“So what’s the Reuters response? Oppose the administration? To appease him? Boycott his briefings? Use our platform to gather media support? All of these ideas are out there and may be suitable for some news operations, but they don’t make sense to Reuters, ”Adler wrote.

    The memo was posted on Reuters.com and was viewed more than 720,000 times. reut.rs/38ZpCXa

    FREEDOM OF THE PRESS

    A graduate of Harvard College and Harvard Law School, Adler began journalism for local newspapers in Florida. He was one of the best editors of The American Lawyer from From 1983 to 1988, before joining the Wall Street Journal, where he held a number of positions, including managing investigative teams and overseeing the online edition of the newspaper.

    He was Editor in Chief of BusinessWeek before joining Thomson Reuters in 2010 as Senior Vice President and Editorial Director of the company’s Professional Division. He became editor-in-chief of Reuters the following year.

    Reuters supplies other news organizations and financial clients around the world and its videos, text, images and graphics reach billions of people every day.

    Although Reuters has a diversified business model, it has not been immune from the cost constraints felt across the industry. In 2013, Reuters employed around 3,000 journalists. The editorial staff now numbers 2,500. In 2013, Reuters closed its digital initiative, Reuters Next, and last year it closed its Reuters TV direct-to-consumer television app after five years.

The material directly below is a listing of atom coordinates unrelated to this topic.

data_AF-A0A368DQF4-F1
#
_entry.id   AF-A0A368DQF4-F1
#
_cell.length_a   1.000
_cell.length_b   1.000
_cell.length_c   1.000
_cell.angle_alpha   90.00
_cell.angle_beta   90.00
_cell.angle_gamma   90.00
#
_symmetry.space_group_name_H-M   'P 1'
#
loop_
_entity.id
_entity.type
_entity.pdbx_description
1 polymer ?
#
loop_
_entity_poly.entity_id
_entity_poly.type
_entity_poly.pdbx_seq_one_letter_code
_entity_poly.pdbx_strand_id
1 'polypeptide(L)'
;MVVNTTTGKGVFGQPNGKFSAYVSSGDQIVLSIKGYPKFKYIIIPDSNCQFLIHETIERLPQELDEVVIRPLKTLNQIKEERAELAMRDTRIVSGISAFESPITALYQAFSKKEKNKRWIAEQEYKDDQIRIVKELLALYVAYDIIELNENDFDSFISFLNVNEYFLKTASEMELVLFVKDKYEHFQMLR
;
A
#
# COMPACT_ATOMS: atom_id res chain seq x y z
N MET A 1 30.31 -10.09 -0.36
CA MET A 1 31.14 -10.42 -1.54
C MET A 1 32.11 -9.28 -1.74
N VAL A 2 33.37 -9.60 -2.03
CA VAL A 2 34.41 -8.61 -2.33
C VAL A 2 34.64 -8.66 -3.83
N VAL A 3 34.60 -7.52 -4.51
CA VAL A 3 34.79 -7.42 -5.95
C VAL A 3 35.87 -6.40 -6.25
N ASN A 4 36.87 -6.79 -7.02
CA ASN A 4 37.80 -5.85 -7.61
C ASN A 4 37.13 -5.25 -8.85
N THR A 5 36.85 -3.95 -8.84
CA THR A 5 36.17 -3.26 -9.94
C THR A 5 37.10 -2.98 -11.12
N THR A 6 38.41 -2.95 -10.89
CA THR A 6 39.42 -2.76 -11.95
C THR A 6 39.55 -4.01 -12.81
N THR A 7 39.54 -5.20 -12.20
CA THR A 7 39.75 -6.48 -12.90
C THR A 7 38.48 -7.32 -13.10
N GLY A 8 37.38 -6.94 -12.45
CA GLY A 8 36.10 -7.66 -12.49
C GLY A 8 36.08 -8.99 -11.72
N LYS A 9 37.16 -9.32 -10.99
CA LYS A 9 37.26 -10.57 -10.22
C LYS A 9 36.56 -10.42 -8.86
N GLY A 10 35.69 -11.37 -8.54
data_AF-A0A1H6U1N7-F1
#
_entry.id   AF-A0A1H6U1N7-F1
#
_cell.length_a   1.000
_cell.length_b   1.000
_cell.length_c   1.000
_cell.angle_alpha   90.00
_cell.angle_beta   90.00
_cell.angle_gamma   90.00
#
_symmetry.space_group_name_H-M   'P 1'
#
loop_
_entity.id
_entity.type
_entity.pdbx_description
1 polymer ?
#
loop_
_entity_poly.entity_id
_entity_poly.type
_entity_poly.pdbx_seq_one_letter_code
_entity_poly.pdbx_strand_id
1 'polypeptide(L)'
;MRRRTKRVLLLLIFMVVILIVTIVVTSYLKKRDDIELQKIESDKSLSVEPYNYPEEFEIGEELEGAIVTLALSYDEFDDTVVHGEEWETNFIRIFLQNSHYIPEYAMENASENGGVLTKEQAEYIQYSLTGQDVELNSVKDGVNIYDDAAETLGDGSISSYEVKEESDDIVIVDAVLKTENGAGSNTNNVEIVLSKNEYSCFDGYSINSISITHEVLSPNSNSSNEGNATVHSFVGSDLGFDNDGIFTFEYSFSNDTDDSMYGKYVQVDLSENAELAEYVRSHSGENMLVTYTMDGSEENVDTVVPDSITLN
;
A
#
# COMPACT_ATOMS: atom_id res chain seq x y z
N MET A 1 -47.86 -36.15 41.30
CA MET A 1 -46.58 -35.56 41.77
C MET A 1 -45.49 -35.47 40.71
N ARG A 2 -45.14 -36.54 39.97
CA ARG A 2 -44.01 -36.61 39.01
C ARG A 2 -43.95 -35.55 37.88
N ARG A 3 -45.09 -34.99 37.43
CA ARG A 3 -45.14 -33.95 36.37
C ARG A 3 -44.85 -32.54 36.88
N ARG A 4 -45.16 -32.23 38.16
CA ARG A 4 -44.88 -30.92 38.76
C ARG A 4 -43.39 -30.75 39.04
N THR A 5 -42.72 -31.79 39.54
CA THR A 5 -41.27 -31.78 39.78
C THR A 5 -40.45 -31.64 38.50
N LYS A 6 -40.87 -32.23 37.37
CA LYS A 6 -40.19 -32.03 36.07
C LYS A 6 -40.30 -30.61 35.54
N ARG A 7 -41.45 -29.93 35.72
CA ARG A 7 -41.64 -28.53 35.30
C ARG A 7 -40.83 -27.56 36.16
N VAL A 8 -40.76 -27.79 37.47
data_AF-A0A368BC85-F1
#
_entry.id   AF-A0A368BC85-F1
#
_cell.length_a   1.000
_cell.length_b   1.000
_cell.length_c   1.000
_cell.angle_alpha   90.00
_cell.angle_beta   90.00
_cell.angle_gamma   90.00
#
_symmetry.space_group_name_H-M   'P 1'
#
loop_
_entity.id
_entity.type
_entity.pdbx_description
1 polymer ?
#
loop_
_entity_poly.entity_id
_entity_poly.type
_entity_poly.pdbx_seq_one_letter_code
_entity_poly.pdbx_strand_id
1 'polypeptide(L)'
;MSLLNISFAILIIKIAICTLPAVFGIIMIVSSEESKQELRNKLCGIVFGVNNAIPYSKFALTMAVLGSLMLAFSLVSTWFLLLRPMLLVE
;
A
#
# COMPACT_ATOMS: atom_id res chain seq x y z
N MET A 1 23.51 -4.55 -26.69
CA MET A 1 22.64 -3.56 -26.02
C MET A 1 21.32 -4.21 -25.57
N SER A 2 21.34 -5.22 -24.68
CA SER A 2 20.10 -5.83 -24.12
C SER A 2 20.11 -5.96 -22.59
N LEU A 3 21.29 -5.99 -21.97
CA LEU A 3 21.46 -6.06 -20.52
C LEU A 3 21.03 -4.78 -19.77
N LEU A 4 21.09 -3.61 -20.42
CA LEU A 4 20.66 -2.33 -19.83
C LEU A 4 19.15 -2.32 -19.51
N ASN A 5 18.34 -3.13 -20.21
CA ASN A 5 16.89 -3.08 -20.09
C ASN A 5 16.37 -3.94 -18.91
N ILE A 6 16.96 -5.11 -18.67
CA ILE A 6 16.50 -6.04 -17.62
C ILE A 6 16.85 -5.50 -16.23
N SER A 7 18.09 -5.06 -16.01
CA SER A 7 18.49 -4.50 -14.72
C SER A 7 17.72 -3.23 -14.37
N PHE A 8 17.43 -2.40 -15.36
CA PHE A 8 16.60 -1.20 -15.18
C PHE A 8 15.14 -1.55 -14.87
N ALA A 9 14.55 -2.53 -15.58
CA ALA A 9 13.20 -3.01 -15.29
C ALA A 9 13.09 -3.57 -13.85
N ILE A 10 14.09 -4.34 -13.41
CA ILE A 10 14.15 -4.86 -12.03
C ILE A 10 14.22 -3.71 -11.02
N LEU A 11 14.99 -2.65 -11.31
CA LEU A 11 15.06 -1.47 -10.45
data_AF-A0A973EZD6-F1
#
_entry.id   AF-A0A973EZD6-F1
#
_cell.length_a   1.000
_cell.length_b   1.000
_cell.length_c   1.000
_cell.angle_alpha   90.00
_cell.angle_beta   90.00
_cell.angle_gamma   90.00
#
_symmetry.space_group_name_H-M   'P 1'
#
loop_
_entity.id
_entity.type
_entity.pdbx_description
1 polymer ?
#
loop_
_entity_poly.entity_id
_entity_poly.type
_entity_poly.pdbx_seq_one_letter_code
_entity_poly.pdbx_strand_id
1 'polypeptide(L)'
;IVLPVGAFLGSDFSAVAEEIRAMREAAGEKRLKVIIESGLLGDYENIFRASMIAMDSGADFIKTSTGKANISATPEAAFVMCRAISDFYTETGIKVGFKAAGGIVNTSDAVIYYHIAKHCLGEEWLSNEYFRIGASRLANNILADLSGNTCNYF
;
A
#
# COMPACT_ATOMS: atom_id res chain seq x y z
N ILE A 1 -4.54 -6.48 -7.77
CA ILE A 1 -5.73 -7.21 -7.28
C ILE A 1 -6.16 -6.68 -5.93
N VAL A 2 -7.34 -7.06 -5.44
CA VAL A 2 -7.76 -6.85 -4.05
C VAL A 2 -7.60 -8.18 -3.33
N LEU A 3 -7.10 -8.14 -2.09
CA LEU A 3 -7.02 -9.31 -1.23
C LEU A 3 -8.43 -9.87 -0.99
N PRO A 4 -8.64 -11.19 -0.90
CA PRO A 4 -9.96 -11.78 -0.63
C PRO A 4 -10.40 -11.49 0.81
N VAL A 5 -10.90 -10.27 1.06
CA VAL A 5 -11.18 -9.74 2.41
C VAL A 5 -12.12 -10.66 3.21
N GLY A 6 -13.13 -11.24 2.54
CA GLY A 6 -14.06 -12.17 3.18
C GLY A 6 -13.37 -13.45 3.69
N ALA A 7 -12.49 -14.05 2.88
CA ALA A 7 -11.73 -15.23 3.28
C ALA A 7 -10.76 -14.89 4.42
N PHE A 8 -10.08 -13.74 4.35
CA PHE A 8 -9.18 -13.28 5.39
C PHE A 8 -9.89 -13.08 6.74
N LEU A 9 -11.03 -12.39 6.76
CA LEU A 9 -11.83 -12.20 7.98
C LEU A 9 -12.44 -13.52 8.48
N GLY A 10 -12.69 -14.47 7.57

Reuters gained a significant measure of financial security in 2018, with a 30-year, $ 325 million-a-year deal to deliver news to Refinitiv, the financial information provider formed after Thomson Reuters’ sale of a stake in majority in its former Financial & Risk business to a group led by the private equity firm Blackstone Group LP. The deal made Refinitiv Reuters’ largest single customer.

    In the year following the close of the deal, Reuters reported that Refinitiv consented to the pressure from the Chinese government is blocked from from its terminals in mainland China more than 200 Reuters articles that could be seen as critical of Beijing.

    Adler and Friedenberg have publicly criticized Refinitiv for the decision.

    The London Stock Exchange has agreed to buy Refinitiv for $ 27 billion in a deal that is expected to close in the first quarter of this year.

    In his memo announcing his retirement, Adler said he plans to write and teach. He will also continue his roles with advocacy groups such as the Press Freedom Reporters Committee, which he chairs, and the Journalist Protection Committee. He advised colleagues to support the Trust Principles, a set of standards adopted in 1941 that continue to define the way the 170-year-old Reuters operates.

    “If I have any advice,” he said, “it is to remain true to the principles of trust and to preserve our ultimate commitment to integrity, independence and freedom. from prejudices. “

    Editing by Amy Stevens and Nick Tattersall